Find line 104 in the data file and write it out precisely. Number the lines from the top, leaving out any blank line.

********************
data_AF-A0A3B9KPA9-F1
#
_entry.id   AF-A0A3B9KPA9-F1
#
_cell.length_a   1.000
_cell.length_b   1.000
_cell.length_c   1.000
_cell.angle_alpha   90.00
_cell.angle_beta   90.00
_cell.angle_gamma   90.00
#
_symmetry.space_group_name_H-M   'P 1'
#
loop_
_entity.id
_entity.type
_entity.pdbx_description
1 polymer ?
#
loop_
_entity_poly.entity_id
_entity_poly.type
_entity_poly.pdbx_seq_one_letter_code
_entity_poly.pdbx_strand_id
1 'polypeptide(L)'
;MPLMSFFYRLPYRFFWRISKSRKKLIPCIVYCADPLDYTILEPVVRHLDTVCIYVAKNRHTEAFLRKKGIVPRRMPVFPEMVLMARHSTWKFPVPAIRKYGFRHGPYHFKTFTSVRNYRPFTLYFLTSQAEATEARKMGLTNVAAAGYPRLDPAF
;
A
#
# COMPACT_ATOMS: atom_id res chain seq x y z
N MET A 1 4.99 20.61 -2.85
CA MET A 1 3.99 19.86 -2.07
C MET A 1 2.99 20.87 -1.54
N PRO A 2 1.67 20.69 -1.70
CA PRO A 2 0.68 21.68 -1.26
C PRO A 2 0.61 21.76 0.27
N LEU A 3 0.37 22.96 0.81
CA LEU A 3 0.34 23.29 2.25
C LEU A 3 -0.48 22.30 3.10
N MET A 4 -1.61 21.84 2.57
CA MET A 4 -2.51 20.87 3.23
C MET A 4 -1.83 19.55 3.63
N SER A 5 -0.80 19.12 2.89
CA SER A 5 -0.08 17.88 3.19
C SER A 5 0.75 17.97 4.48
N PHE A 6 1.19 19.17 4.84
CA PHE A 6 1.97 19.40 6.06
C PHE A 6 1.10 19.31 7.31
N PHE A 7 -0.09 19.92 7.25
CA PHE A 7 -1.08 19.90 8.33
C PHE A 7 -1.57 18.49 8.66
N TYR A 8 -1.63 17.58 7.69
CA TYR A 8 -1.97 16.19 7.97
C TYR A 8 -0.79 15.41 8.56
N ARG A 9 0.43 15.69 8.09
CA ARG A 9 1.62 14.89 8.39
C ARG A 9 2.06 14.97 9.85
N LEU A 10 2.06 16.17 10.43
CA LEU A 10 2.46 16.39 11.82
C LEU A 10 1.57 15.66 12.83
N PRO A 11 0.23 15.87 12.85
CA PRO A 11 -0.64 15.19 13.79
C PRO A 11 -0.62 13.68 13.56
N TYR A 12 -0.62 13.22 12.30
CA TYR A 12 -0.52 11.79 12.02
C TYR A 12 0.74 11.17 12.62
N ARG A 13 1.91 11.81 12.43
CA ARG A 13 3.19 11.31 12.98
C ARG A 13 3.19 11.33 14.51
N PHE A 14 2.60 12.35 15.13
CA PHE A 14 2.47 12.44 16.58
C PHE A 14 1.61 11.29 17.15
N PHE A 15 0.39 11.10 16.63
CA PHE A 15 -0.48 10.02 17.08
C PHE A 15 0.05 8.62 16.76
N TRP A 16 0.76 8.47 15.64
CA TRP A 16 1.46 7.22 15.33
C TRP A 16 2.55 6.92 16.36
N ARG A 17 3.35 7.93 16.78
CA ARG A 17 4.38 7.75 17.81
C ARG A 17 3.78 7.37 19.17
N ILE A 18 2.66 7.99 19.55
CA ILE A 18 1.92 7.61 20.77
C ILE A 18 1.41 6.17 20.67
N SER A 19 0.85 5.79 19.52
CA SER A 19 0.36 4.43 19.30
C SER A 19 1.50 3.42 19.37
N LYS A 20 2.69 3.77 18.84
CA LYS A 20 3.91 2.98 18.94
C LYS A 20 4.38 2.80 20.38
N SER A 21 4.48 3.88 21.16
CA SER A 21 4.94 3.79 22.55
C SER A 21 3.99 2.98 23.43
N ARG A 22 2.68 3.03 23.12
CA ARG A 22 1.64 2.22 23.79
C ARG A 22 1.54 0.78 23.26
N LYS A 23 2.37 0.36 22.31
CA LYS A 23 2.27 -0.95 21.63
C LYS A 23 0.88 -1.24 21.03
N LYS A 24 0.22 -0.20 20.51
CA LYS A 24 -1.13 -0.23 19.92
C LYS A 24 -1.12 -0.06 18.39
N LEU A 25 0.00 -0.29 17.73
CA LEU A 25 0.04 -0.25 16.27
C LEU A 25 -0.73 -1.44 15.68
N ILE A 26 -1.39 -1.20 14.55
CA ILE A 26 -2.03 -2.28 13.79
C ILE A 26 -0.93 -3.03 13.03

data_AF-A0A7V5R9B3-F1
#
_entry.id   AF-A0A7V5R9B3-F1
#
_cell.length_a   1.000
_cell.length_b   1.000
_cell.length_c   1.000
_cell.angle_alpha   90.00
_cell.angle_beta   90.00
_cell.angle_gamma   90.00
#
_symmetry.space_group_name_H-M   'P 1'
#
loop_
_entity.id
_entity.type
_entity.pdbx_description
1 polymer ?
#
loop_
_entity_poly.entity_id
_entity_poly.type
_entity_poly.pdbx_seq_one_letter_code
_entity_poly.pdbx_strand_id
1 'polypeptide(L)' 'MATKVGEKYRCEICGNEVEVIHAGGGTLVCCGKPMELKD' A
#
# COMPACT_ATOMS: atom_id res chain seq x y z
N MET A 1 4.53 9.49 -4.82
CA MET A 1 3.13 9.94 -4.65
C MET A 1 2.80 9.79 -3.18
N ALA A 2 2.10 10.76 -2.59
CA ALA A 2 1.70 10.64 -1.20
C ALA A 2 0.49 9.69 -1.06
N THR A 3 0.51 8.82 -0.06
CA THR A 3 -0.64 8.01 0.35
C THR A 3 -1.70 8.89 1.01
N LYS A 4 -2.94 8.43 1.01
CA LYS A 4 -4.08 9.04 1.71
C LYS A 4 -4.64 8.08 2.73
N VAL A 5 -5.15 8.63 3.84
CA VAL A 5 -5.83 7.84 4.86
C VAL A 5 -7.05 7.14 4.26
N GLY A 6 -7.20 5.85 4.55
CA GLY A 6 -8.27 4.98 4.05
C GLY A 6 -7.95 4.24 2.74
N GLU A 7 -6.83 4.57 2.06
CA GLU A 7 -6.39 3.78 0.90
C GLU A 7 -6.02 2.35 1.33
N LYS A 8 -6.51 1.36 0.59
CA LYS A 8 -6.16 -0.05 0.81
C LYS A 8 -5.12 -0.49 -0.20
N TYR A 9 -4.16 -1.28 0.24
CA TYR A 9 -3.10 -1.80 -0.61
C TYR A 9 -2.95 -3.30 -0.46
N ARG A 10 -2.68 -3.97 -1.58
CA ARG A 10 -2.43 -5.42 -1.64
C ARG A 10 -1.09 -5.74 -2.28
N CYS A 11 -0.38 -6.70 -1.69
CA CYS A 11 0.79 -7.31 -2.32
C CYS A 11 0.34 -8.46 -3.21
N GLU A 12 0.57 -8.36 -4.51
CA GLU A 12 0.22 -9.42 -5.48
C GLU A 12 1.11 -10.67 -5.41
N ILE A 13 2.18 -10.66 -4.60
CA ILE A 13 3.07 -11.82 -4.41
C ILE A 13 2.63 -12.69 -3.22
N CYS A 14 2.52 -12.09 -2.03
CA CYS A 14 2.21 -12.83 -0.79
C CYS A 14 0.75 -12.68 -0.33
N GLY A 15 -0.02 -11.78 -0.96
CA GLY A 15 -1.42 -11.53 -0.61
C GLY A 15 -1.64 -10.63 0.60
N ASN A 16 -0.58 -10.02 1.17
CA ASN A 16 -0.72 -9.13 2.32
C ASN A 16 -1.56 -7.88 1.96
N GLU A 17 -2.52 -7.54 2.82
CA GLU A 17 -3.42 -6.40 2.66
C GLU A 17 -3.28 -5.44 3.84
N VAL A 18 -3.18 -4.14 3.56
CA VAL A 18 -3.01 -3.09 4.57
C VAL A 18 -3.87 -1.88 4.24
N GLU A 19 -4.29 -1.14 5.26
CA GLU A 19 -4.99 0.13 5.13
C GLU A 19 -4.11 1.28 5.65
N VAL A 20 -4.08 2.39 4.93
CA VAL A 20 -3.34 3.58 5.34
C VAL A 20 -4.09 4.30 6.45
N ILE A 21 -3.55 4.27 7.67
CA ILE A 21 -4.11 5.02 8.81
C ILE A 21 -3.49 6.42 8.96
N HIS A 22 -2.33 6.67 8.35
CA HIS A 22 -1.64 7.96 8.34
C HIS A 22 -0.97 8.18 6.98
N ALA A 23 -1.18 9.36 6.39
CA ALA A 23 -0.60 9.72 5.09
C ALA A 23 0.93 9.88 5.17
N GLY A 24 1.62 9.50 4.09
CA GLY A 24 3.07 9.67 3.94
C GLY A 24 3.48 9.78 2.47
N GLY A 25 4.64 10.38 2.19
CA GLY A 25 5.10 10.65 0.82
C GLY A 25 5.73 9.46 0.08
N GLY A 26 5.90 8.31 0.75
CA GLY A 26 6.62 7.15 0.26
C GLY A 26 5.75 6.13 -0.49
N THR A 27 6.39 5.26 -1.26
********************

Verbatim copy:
CA LEU A 25 0.04 -0.25 16.27